View: Previous | Next
Draft Quick Facts
Traded Picks

Round 1
Round 2
Round 3
Round 4
Round 5
Round 6
Round 7
Round 8
Round 9
Round 10
Round 11
Round 12

Picks by Team

1963 | 1974 | 1986 | 1997
1964 | 1975 | 1987 | 1998
1965 | 1976 | 1988 | 1999
1966 | 1977 | 1989 | 2000
1967 | 1978 | 1990 | 2001
1968 | 1979 | 1991 | 2002
1969 | 1980 | 1992 | 2003
1970 | 1981 | 1993 | 2004
1971 | 1982 | 1994 | 2005
1972 | 1983 | 1995 |
1973 | 1985 | 1996 |


Al Iafrate
Selected in first round
No. 4 overall by Toronto Maple Leafs

Born March 21, 1966
Position: Defense
Height: 6-3   Weight: 190
Last Team: Belleville (OHL)                                
Birthplace: Dearborn, Michigan (USA)
Hometown: Livonia, Michigan
Year TeamLeague GPG ATP PIM
1981-82 Detroit AdraysMich. AAA ---- ---- --
1982-83 CompuwareMich. AAA 6630 4575 90
1983-84 Team USAInt'l 614 1721 28
  BellevilleOHL 102 46 2

1984 (seventh place)
USA Hockey Midget Championship: 1983 (Compuware)
Miscellaneous: Ranked by NHL Central Scouting Bureau as No. 5 overall prospect for the 1984 NHL draft. ... Rated in The Hockey News draft preview issue as No. 3 defense prospect for the 1984 NHL draft. ... Joined Belleville (OHL) for remainder of 1983-84 season and 1984 playoffs after playing for Team USA in 1984 Olympics at Sarajevo, Yugoslavia. ... Teammate of future NHL players Kevin Hatcher and Shawn Chambers with Detroit Compuware in 1982-83. ... Belleville's first-round pick, No. 6 overall, in 1983 OHL priority selection.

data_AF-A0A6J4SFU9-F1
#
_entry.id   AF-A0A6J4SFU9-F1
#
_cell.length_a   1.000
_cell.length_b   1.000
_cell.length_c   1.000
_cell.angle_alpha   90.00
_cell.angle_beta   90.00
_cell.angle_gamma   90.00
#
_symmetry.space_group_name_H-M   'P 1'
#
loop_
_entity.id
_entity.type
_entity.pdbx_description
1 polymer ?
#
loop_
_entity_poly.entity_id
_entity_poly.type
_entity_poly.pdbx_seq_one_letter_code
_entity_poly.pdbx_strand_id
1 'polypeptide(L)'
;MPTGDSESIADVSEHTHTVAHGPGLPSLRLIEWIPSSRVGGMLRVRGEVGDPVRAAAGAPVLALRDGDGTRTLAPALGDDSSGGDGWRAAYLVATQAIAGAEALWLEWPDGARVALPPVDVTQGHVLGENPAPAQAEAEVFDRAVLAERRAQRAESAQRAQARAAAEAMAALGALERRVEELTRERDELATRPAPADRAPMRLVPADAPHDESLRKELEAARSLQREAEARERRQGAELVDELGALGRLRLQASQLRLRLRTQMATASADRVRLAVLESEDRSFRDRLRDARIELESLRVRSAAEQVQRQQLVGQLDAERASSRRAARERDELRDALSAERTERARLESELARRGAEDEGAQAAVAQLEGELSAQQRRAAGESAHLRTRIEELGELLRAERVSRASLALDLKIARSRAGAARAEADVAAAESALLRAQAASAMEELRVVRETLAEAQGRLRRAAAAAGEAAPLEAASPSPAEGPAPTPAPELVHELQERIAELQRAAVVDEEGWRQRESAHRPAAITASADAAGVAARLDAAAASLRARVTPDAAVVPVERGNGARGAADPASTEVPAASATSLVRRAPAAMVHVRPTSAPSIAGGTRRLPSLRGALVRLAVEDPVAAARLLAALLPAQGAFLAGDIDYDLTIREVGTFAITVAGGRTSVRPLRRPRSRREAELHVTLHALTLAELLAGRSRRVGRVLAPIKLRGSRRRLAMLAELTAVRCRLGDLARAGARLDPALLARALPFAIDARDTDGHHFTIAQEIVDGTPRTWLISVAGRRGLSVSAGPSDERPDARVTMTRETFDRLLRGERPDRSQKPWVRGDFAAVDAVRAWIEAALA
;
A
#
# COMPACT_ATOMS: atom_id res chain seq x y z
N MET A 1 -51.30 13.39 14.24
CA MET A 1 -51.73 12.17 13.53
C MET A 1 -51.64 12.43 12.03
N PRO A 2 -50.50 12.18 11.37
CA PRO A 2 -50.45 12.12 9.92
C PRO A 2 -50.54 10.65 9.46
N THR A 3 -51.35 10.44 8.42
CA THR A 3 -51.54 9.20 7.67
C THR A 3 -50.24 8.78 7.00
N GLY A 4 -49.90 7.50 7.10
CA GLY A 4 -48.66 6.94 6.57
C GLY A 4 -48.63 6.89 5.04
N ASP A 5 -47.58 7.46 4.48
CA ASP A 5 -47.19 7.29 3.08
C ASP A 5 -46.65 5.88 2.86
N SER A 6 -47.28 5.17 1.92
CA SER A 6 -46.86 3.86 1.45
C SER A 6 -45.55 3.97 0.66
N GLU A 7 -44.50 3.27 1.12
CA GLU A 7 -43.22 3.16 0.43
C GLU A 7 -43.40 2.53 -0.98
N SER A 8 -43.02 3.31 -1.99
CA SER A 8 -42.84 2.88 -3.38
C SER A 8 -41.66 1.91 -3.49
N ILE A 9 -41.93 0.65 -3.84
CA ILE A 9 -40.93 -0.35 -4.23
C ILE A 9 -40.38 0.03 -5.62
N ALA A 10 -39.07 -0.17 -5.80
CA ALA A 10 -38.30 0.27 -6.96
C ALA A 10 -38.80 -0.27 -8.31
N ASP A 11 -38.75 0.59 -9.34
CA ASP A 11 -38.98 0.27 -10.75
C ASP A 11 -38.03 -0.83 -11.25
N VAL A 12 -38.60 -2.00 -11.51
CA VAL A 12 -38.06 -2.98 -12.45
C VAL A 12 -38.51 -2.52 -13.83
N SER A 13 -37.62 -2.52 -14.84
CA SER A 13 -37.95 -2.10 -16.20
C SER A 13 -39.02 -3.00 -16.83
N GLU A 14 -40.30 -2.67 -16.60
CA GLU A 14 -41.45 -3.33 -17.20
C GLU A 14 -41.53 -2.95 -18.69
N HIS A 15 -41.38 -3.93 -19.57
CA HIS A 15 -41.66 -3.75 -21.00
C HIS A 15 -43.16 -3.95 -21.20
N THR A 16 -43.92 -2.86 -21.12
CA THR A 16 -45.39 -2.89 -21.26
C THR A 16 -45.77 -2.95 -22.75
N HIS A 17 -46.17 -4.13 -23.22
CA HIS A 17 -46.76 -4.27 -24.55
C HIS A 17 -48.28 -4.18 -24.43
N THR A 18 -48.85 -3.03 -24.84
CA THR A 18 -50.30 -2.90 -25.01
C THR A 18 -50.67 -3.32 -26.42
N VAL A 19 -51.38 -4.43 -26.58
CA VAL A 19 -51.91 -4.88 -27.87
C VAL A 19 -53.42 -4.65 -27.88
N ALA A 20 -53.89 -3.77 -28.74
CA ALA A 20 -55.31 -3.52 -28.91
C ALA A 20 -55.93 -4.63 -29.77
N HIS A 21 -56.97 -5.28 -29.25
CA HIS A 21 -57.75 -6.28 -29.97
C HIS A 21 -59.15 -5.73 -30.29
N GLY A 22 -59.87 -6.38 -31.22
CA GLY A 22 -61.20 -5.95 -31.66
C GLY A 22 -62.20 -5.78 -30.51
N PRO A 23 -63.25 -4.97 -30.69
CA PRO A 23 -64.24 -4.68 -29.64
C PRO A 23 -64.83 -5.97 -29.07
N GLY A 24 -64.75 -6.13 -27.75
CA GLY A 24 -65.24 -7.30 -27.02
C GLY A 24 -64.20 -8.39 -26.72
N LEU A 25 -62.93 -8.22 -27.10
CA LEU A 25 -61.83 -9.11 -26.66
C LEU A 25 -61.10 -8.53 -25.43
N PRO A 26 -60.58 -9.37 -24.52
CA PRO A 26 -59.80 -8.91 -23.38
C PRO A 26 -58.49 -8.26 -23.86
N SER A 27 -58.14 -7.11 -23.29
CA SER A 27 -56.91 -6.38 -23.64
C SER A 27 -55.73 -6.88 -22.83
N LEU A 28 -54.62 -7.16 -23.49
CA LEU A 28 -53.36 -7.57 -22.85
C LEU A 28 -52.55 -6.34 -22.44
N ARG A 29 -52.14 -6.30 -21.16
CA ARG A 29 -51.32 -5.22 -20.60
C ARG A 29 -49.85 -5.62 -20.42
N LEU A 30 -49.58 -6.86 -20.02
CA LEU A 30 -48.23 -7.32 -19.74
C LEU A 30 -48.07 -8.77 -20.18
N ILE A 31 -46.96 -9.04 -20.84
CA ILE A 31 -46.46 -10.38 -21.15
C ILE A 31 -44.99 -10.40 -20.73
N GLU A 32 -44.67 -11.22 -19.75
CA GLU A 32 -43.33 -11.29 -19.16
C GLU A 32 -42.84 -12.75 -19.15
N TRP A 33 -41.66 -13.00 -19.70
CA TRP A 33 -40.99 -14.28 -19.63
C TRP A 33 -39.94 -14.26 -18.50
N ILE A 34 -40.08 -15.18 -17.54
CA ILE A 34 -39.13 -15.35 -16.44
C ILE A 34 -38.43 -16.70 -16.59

Debut: October 11, 1984 (Toronto at Minnesota)
Numbers:  33 (Toronto); 34 (Washington); 43 (Boston); 43 (San Jose)
Stanley Cup: Never won.  Playing Status: Retired Sept. 1, 1998
Years TeamsGP GA TPPIM
1984-1998 Toronto, Washington,
Boston, San Jose
799 152311 4631,301
YearsTeams GPG ATP PIM
1986-1998 Toronto, Washington,
Boston, San Jose
71 1916 3577

NHL All-Star Second Team:
1992-93 (Washington)
Sporting News All-Star Second Team: 1992-93 (Washington)
Hockey News All-Star Second Team: 1989-90 (Toronto)
All-Star Game: 1988, 1990 (Toronto), 1993, 1994 (Washington)
NHL Hardest-Shot Champion (SuperSkills Winner): 1990 (96.0 mph) (first winner), 1993 (105.2 mph), 1994 (102.7)
NHL Records: Hardest shot in a Superskills competition (105.2 mph on Jan. 21, 1994, in New York's Madison Square Garden), most goals by a defenseman in one playoff game (3 for Washington vs. N.Y. Islanders on April 26, 1993, shares record)
Toronto Records: Most goals by a defenseman in one season (22 in 1987-88, shares record)
Washington Records: Most goals by a defenseman in one playoff game (3 vs. N.Y. Islanders on April 26, 1993)
Toronto Playoffs Assists Leader: 1988 (4, tie)